April 18 (Bloomberg) -- Samsung Electronics Co. ended an online campaign in Taiwan amid a local regulator’s probe into whether the company broke the law by paying for positive reviews of its products and negative comments about rivals.
Taiwan’s Fair Trade Commission is gathering information after receiving e-mails earlier this month alleging posts to online forums were suspicious, Sun Lih-Chyun, a commissioner at the regulator, said in a telephone interview yesterday. Samsung said in a statement the situation was “unfortunate” and it ceased using anonymous comments in online marketing last year.
Samsung, which has overtaken Apple Inc. and Nokia Oyj to lead the $294 billion smartphone market, last month unveiled its new Galaxy S4 handset during an event in New York’s Radio City Music Hall. Taoyuan, Taiwan-based HTC Corp., which released its flagship HTC One for sale last month, has lost market share amid competition and delays in shipments of own products.
“These are the two star products at least for the first half of this year,” said Warren Lau, an analyst at Kim Eng Securities Ltd. in Hong Kong. “So I would suspect that some sales marketing people will try their very best to market their products.”
Posts to online forums are alleged to have included criticism of rival smartphones, including those made by HTC, and praise of Samsung’s products, Sun said. HTC has been asked to provide information, while Samsung has yet to be contacted by the commission, he said.
Samsung Electronics, which announced its online communications credo in 2011, said it remains committed to engaging in transparent and honest communications with consumers.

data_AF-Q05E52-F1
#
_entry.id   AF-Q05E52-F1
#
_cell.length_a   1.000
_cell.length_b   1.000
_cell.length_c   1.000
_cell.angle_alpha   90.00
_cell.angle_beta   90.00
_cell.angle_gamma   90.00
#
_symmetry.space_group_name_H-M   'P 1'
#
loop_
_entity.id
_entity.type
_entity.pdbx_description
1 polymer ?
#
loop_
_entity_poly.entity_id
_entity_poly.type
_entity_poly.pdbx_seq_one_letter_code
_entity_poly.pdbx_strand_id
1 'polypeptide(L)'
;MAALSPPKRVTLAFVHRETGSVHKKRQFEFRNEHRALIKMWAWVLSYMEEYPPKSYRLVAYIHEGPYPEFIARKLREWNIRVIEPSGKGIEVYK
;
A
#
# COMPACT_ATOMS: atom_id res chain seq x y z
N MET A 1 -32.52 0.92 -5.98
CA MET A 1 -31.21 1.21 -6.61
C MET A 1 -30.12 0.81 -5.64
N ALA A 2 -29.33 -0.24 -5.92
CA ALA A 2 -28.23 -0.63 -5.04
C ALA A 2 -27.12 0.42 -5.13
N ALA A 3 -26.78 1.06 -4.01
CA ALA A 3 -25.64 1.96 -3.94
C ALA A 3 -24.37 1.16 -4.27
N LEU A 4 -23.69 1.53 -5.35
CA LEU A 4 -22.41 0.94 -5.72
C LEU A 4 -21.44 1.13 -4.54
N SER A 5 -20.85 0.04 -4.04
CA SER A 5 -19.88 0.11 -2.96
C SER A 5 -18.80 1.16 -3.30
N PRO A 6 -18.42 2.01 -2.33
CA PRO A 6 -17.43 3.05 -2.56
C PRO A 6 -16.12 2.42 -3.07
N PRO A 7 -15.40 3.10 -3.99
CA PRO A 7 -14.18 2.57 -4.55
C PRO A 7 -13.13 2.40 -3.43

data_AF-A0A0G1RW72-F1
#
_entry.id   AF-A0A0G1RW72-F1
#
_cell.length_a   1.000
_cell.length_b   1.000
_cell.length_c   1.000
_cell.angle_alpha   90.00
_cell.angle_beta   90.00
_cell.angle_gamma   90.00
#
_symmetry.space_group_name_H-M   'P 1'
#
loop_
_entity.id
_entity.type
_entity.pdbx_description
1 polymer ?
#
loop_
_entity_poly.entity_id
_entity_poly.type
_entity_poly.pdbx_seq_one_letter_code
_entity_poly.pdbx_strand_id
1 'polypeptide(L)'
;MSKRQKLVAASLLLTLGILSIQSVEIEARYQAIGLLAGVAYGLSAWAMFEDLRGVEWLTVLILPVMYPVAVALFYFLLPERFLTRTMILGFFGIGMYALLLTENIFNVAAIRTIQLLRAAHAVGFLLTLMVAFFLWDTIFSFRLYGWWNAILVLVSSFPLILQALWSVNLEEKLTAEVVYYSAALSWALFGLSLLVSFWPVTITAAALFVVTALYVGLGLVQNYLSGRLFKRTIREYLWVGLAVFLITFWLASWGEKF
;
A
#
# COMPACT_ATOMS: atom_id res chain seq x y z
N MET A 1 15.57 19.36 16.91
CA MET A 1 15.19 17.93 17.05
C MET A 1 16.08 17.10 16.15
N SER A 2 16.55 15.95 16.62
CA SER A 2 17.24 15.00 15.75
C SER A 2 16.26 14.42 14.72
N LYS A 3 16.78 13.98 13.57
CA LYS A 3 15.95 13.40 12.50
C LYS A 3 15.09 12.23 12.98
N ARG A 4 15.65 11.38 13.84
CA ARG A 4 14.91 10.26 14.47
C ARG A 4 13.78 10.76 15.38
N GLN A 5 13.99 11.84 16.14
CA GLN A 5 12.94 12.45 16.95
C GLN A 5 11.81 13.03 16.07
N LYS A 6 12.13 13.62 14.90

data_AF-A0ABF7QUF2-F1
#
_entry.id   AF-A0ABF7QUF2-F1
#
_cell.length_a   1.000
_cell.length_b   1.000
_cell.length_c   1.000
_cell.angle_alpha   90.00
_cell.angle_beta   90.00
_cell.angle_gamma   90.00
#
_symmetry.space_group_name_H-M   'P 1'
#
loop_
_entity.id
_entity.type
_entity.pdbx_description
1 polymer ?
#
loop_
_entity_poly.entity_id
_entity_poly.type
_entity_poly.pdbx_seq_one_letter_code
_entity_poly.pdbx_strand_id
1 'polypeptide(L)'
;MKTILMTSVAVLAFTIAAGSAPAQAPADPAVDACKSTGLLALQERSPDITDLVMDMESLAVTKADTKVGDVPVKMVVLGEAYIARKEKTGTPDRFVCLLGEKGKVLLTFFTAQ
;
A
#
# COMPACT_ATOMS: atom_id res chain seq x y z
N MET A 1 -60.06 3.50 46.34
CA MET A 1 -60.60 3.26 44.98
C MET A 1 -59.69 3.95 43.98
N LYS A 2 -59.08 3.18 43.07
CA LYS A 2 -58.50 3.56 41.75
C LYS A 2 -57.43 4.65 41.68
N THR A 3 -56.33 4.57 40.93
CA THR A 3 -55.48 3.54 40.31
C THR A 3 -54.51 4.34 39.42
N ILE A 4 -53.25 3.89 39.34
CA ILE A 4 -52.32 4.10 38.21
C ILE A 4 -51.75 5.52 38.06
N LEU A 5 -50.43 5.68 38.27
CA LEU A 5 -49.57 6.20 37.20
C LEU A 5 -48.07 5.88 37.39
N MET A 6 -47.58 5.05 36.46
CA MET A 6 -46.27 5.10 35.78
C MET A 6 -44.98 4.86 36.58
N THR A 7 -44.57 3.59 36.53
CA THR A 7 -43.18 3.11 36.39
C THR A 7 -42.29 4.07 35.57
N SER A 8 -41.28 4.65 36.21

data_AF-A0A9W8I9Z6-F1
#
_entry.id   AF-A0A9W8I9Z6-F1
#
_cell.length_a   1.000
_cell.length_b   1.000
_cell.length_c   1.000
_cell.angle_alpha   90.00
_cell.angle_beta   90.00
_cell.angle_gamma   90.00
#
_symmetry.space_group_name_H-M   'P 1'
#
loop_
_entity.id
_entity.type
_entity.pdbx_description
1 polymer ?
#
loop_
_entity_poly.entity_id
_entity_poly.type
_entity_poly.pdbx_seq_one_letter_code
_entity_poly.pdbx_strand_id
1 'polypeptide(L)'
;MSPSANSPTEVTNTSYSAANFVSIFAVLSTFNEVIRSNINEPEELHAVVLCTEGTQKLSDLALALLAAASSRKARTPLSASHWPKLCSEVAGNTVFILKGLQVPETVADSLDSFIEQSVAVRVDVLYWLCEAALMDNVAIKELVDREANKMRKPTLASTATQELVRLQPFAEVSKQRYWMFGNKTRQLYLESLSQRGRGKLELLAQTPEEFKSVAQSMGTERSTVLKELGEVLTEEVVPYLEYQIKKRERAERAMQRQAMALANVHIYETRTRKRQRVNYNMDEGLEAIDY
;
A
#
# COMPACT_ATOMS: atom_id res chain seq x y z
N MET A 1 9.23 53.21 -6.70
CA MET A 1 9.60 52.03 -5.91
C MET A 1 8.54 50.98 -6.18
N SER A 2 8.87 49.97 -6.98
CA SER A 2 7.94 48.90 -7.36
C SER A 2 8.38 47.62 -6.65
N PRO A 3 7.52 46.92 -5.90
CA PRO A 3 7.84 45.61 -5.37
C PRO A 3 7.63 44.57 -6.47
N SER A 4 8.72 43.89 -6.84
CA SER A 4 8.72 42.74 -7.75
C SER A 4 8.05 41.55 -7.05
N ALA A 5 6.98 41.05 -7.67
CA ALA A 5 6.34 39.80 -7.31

The Suwon, South Korea-based company’s credo prohibits criticisms of competitors and their products and it voluntarily ceased using anonymous comments last year, it said in a statement today.
The situation “occurred due to insufficient understanding of these fundamental principles” of transparent and honest communications with consumers, Samsung said yesterday.
The commissioners discussed whether the posts would breach one of the articles of fair trade regulations relating to false advertising, with penalties of as much as NT$25 million ($837,000) an incident, said the FTC’s Sun.
A more serious breach of a separate article on defamation is also being investigated and could lead to criminal charges with imprisonment of as long as two years per case, Sun said. A defamation case would first require a victim to file a formal complaint, he said.
“We are disappointed that a competitor would resort to misleading consumers to discredit our innovation,” HTC said in a statement yesterday.
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